Monthly Archives: April 2016

The Walls I’m Trapped Within

Sometimes there are walls in my mind
That I don’t want to admit are there
Until I smack into them and they hold me inside
They block up my ears so I no longer hear
They cover my vision so I no longer see
And they surround my heart to keep me from feeling
At some point I created these walls and hid inside
And I stand on one side and you on the other
But don’t give up hope on me lost in my prison
If I run up against the wall time after time
Eventually the mortar will begin to fall and stones break free
Perhaps your story will slip to the cracks to my ears
Or through a broken brick I might catch a glimpse of you
Or like the wall my heart might wind up broken
And like the walls of Jericho the might come a tumblin’ down
So together we might stand side by side

Psalm 14- The Wisdom of Holding to the Covenant

Jozsef Somogyi's statue of the Tired Man in Mako, Hungary

Jozsef Somogyi’s statue of the Tired Man in Mako, Hungary

Psalm 14

To the leader. Of David.
1 Fools say in their hearts, “There is no God.”
   They are corrupt, they do abominable deeds;
   there is no one who does good.
2 The LORD looks down from heaven on humankind
   to see if there are any who are wise,
   who seek after God.
3 They have all gone astray, they are all alike perverse;
   there is no one who does good,
   no, not one.
4 Have they no knowledge, all the evildoers
   who eat up my people as they eat bread,
   and do not call upon the LORD?
5 There they shall be in great terror,
   for God is with the company of the righteous.
6 You would confound the plans of the poor,
   but the LORD is their refuge.
7 O that deliverance for Israel would come from Zion!
   When the LORD restores the fortunes of his people,
   Jacob will rejoice; Israel will be glad.

In the ancient Middle East the idea of a godless world is unknown. However, in the Psalmist’s time and in every time there are those who functioned as practical atheists, whose spoken beliefs had little or no impact on their decisions throughout their lives. The heart in the Hebrew world view was not the seat of emotion but the seat of decision making and will. The heart is where actions spring from. Note that the Psalm does not say ‘Fools say with their mouths’ but ‘Fools say in their hearts.’ As the Psalm unfolds we see the way that the foolish actions are really actions against the covenant that God has made with the people of Israel. The LORD looks for those who are seeking the will of God. As Psalm 1 can state, “but their (the wise/righteous) delight is in the law of the LORD, and on his law they meditate day and night.” (Psalm 1.2)

The fool is known by what they do and their actions reflect a betrayal of the justice that was considered essential to the covenant.  The book of Deuteronomy dwells frequently on the fear that the people in prosperity will “forget the LORD their God, by failing to keep his commandments, his ordinances and his statutes,” (Deuteronomy 8. 11) and the poor, the widow, the orphan and the alien will be denied justice. When the acquisition of wealth becomes more important than the neighbor then the people have forgotten the LORD their God. When the people turn away from placing God at the center of their day to day actions and decisions the result is the perversion of the covenant people. They are no longer the salt of the earth but rather they are corrupt and their corruption spreads to everything around them. The actions of the people have consequences for not only themselves, but also for the community and the very land that they live upon.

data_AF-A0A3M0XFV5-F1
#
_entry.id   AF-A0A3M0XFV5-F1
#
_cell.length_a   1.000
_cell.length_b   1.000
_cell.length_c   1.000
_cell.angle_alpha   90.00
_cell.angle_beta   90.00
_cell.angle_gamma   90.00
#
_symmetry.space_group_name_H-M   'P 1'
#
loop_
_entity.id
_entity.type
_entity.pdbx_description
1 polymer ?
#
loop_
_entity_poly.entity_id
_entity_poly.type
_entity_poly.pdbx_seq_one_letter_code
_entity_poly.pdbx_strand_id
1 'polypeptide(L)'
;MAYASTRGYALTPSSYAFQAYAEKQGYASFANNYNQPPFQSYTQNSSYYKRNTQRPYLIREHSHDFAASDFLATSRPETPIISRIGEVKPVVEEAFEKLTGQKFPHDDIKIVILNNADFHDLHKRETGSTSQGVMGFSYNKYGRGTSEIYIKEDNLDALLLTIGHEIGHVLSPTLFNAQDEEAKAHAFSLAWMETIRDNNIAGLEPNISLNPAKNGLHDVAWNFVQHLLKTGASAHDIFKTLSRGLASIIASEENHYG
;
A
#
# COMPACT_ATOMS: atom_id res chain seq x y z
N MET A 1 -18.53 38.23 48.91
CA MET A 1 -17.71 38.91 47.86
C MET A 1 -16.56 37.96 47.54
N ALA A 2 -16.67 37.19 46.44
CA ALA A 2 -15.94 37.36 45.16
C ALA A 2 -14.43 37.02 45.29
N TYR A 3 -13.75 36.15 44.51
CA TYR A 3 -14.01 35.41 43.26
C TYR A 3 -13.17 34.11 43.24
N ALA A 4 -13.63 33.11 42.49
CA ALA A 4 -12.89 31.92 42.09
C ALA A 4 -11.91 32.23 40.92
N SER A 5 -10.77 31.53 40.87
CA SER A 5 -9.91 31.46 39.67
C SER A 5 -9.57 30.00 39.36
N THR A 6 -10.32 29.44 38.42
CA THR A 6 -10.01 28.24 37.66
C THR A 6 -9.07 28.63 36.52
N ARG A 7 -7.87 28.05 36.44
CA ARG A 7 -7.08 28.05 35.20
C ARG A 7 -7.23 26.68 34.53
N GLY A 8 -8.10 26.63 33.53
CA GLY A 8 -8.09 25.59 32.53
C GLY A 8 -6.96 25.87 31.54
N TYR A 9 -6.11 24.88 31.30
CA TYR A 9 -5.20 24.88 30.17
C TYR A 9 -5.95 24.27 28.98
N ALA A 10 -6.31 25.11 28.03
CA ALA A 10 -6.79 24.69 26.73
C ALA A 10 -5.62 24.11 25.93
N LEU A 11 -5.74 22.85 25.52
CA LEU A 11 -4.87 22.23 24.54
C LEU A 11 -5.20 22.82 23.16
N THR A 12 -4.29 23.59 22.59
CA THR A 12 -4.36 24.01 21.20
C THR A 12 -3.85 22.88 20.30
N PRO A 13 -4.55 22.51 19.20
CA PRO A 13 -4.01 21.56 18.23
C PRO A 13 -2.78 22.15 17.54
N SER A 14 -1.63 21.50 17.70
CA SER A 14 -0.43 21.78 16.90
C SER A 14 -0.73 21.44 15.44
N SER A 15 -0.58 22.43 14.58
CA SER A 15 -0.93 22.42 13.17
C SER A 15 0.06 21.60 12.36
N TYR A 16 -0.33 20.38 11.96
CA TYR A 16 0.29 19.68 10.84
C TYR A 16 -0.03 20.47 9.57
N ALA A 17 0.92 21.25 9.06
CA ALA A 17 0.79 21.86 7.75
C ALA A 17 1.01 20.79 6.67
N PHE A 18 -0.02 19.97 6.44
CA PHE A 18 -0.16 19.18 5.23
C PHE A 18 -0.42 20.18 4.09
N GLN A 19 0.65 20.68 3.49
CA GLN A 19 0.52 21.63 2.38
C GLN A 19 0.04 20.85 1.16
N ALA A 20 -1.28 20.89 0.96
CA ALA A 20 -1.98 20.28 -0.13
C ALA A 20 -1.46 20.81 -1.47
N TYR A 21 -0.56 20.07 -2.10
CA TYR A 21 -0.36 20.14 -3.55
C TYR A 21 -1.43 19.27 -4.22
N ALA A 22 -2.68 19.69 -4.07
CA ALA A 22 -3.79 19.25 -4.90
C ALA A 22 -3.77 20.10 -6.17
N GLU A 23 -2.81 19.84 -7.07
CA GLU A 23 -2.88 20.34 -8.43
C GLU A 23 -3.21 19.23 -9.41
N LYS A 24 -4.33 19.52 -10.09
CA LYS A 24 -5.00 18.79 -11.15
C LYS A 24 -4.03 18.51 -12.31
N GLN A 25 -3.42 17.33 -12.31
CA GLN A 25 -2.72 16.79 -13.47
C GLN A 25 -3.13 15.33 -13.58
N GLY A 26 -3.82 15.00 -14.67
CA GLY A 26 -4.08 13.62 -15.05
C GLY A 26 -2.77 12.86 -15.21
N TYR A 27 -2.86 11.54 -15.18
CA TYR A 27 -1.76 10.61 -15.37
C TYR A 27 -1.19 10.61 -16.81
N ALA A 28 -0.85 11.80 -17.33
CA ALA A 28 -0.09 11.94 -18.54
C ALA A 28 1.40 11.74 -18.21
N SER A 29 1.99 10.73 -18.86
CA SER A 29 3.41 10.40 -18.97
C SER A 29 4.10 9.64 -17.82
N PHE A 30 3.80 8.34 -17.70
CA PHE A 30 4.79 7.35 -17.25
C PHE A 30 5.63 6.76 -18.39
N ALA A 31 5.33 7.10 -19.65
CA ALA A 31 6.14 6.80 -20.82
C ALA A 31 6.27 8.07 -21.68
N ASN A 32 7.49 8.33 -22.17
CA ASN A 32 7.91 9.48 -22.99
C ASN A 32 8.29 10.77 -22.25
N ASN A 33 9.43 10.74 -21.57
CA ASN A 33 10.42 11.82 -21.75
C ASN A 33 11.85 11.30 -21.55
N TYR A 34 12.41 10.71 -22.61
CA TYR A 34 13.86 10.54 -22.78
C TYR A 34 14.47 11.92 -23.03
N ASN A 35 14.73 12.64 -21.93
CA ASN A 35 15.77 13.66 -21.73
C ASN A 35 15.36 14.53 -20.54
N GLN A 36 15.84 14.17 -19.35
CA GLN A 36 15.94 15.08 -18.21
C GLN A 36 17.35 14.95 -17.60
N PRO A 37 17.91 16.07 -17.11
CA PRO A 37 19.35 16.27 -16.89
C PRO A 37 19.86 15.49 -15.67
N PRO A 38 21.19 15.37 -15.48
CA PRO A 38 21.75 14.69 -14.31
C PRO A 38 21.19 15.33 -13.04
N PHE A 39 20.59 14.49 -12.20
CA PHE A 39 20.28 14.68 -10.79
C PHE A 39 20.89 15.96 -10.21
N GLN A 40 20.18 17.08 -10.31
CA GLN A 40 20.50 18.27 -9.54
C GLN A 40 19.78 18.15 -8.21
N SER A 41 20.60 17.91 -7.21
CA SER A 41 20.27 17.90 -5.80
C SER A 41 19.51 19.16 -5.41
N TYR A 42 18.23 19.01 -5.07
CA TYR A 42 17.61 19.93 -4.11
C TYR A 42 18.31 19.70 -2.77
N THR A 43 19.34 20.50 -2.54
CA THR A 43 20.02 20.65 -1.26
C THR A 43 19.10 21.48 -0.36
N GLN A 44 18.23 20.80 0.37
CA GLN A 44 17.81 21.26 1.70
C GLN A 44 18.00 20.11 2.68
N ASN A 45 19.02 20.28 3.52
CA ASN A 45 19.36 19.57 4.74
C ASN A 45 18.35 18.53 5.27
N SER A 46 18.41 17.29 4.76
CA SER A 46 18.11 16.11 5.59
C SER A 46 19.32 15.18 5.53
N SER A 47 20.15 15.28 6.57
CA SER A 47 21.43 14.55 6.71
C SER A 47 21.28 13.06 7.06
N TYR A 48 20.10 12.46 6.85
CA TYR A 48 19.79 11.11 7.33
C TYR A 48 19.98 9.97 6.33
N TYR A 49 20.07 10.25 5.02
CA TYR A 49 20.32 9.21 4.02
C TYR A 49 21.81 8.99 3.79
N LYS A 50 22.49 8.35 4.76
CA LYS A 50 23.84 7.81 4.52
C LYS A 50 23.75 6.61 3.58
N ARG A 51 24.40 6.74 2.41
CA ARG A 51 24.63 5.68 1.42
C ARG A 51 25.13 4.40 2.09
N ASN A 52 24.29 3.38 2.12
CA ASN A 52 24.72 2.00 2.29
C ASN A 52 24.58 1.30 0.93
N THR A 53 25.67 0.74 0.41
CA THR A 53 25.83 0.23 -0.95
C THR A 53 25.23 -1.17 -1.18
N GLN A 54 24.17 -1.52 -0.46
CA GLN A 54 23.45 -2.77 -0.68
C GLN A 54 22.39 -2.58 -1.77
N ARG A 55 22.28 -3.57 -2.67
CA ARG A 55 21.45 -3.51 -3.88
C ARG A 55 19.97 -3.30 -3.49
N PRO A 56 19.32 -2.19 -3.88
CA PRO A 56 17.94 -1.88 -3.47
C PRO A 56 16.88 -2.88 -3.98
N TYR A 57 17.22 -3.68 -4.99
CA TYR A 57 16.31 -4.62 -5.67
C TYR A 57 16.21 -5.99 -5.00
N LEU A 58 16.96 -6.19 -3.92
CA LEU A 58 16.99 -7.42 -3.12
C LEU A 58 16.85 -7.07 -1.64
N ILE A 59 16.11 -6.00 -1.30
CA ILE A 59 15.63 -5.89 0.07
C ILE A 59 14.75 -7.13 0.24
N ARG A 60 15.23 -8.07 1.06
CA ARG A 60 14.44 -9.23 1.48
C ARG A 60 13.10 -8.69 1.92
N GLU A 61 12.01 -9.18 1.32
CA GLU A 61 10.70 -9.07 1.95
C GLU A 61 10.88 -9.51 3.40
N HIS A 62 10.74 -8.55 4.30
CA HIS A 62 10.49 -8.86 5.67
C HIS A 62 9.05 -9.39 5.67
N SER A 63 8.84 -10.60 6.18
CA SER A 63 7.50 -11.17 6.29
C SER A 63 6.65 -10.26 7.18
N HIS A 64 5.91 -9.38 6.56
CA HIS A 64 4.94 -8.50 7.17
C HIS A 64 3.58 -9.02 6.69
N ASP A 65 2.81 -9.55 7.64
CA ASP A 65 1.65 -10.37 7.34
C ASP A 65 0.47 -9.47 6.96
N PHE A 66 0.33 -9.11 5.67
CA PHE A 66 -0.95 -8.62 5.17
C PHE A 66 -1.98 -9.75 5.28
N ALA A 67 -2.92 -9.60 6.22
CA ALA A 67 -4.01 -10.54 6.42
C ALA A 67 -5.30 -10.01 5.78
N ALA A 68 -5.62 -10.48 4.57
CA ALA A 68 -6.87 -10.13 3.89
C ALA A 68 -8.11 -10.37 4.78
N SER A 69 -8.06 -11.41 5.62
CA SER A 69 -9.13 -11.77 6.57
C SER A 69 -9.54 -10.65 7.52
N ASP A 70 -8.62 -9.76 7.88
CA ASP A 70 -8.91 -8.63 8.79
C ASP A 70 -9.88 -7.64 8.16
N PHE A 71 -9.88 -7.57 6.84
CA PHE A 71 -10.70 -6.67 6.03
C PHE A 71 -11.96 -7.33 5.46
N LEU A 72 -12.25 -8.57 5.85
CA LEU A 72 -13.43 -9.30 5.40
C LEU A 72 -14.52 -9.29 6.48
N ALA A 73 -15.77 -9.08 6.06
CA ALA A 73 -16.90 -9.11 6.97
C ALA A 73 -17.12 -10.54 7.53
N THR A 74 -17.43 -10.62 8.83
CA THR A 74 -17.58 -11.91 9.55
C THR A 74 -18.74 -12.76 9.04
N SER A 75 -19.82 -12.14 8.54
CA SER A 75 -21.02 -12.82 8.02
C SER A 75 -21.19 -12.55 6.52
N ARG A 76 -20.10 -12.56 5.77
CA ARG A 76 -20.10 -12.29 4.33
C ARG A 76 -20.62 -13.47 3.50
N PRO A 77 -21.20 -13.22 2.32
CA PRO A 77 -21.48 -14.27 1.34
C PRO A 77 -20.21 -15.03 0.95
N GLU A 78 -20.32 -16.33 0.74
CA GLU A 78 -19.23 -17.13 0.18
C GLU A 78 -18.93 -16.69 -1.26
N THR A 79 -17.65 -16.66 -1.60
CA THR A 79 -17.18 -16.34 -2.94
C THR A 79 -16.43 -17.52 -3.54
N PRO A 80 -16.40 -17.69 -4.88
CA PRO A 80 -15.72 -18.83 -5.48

The language of the Psalm also reaches into the language of the prophetic. The dark line speaking about the wicked “who eat up my people as they eat bread,” reaches a fuller exposition in Micah. In Micah, speaking to the rulers who have turned away from the covenant, the prophet can say:

you who hate good and love evil, who tear the skin off my people, and the flesh off their bones, who eat the flesh of my people, flay their skin off them, break their bones in pieces, and chop them up like meat in a kettle, like flesh in a caldron. (Micah 3. 2f.)

And yet these same leaders may use their words to cry upon the LORD, but God will not answer them.

Unlike Psalm 13 which cries out for immediate action, Psalm 14 takes more of a tone of the inevitability of God’s action on behalf of the poor. The hearer is cautioned to take the way of the wise and the side of the poor for that is the side of God. God hears and sees and protects the powerless and the vulnerable. Those wise whose hearts are turned to God know that their actions towards the vulnerable and the powerless are also seen and weighed by God.

A biblical image that comes to mind with this Psalm is the ending of Solomon’s reign and the beginning of his son, Rehoboam’s reign. Solomon is initially lifted up as being wise and following the way of the LORD but in 1 Kings 11 Solomon’s heart is turned away from the LORD. When he dies and his son takes the throne there is already conflict within the nation of Israel, the economic policies of Solomon have placed a heavy burden on the population and the assembly of Israel asks for relief from Rehoboam. Rehoboam refuses to relieve any of the economic burdens on the people and the kingdom is spit in two, never to be united again. (1 Kings 12) The book of Kings looks upon this split as God’s judgment upon the house of David for turning their heart away from the LORD, even though God did not act in supernatural ways but rather simply didn’t sustain the reign of the line of David over the entire house of Israel.